Vanessa Zahorian. Photo by Erik Larson, courtesy of Pennsylvania Ballet Academy
At the LINES Ballet Dance Center in San Francisco, faculty member Erik Wagner leads his class through an adagio combination in center. He encourages dancers to root their standing legs, using imagery of a seed germinating, so that they feel more grounded. "Our studios are on the fifth floor, so I'll often tell them to push down to Market Street," says Wagner. "They know that they should push their energy down to the street level." By using this oppositional force, he says, dancers can lengthen their bodies to create any desired shape.
Teaching arabesque can be a challenge for educators and students alike. Differences in body types, flexibility and strength can leave dancers feeling dejected about the possibility of improving this essential position.
To help each of us in our quest for establishing beautiful arabesques in our students without bringing them to tears, we caught up with University of Utah ballet teacher Jennie Creer-King. After her professional career dancing with Ballet West and Oregon Ballet Theater and her years of teaching at the studio and college levels, she's become a bit of an arabesque expert.
Here she shares five important tips for increasing the height of your students' arabesques.
Susannah Israel-Marchese with students at School of Ballet Hartford; photo by Frank Marchese, courtesy of SBH
At Michigan Ballet Academy, artistic director Irina Vassileni meets with a group of eager young students and their parents. She holds a shiny new pair of pointe shoes in one hand and an old, worn pair in the other. "I show them all the details, inside and out, and how working on pointe for hours will break down the shoe," says Vassileni. "I might even bring in different models and talk about how they're made. Parents need a lot of information to make them feel comfortable about their children going on pointe."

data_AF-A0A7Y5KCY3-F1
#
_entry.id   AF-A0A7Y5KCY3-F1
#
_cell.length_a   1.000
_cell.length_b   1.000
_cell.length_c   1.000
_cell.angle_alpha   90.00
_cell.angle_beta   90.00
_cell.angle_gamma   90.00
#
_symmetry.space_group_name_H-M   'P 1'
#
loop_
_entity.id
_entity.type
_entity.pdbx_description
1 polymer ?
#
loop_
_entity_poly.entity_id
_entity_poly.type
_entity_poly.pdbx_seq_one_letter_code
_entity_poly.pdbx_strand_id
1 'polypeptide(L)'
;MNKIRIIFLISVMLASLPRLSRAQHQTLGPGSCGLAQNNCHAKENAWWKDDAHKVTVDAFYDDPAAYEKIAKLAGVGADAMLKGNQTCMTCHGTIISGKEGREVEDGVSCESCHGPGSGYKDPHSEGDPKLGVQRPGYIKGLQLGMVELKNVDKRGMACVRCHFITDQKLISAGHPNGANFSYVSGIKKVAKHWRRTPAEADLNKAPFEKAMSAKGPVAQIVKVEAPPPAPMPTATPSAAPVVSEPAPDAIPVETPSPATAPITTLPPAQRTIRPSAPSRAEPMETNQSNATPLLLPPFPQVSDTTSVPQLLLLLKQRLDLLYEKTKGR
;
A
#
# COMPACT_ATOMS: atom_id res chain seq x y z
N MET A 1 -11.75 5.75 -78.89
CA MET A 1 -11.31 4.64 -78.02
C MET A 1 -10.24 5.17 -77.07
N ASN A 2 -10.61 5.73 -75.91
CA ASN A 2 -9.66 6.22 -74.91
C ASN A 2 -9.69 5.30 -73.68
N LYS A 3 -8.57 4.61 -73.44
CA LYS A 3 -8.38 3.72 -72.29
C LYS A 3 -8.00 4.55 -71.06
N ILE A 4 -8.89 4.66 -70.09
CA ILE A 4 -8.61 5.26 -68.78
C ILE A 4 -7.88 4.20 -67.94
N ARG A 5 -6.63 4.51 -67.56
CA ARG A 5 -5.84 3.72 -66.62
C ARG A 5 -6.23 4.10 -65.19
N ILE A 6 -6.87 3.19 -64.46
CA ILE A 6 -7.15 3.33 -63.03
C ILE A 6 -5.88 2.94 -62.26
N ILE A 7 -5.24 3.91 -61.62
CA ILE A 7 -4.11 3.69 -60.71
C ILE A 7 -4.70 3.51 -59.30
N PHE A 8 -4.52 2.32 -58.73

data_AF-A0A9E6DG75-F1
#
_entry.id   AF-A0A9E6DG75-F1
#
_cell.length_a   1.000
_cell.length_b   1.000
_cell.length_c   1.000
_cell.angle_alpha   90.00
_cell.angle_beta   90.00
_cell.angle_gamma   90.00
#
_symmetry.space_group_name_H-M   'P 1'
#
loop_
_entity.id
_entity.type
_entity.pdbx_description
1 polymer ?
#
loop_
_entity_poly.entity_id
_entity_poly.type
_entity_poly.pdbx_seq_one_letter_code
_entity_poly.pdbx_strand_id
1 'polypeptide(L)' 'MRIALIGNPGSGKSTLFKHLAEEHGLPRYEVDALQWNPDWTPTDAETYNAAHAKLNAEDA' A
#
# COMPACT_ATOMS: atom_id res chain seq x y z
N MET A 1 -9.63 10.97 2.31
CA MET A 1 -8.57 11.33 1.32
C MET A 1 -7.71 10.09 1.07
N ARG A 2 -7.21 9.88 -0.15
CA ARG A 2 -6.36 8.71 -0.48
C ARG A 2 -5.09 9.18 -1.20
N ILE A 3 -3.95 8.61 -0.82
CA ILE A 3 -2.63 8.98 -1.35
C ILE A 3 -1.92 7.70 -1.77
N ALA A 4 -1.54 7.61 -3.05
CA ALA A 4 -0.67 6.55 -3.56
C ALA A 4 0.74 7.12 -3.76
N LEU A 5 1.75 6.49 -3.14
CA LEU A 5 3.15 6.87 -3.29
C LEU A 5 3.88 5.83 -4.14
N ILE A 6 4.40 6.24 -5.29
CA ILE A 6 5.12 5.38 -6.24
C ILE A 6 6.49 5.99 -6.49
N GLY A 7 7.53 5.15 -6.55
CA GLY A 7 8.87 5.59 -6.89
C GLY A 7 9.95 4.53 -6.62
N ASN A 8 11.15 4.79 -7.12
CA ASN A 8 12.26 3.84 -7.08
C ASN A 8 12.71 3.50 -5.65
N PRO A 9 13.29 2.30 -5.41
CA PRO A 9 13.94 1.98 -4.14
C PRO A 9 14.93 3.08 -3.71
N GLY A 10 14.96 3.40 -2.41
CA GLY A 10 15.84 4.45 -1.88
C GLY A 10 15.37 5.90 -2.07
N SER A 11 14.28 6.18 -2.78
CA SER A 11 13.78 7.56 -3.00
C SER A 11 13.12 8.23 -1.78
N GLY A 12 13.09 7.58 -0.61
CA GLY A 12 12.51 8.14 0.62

Flamenco students at Lizt Alfonso Dance Cuba. Photo by Toba Singer
Lizt Alfonso Dance Cuba's downtown Havana studios are on a plaza where you see few tourists. A historic landmark, the building is now where 1,300 dance students learn the Cubanismo style, 30 of them in its academic program. Artistic director Lizt Alfonso trained in classical ballet at Cuba's National School of the Arts, but not endowed with what Cubans call condiciones, a "ballet body," she dreamed of putting all Cuban dance styles onstage in one evening. To critics, her project was overreaching, but Alfonso turned a deaf ear to the word "can't."
Laura Alonso, respected teacher and daughter of eponymous ballet figures Alicia and Fernando Alonso, liked her idea. Having hired Alfonso to teach, Alonso also provided her rehearsal space. Cuba's then-President Fidel Castro saw a performance, and enthusiastic, intervened to remodel the building Alfonso wanted. Besides studios, the building, with its brightly painted walls, has a costume shop, classrooms, a cafeteria, gym, recording studio and offices, and a terrace café. From LADC, specialists in dance, music, costume and stagecraft send company tours to New York, Los Angeles, Toronto, Las Vegas and Tel Aviv.
When Monica Stephenson was a student at Houston Ballet Academy, she was cast as Lauren Anderson's swan double in Swan Lake. The role was just a few walks in Odile's tutu and a veil as the scene changed, but it was a thrill for the 18-year-old Stephenson. Anderson, one of the few principal ballerinas of color, was the inspiration for Stephenson to attend Houston Ballet Academy.
For the role, wardrobe gave Stephenson a few pairs of Anderson's special-order pointe shoes that were brown to match her skin tone. "That really helped me," Stephenson says. "I wound up wearing her specs my entire career. Sometimes people don't realize when they're impacting a young person."
Stephenson never forgot what it meant to have a role model like Anderson. She knew she'd want to inspire ballet students of color herself someday.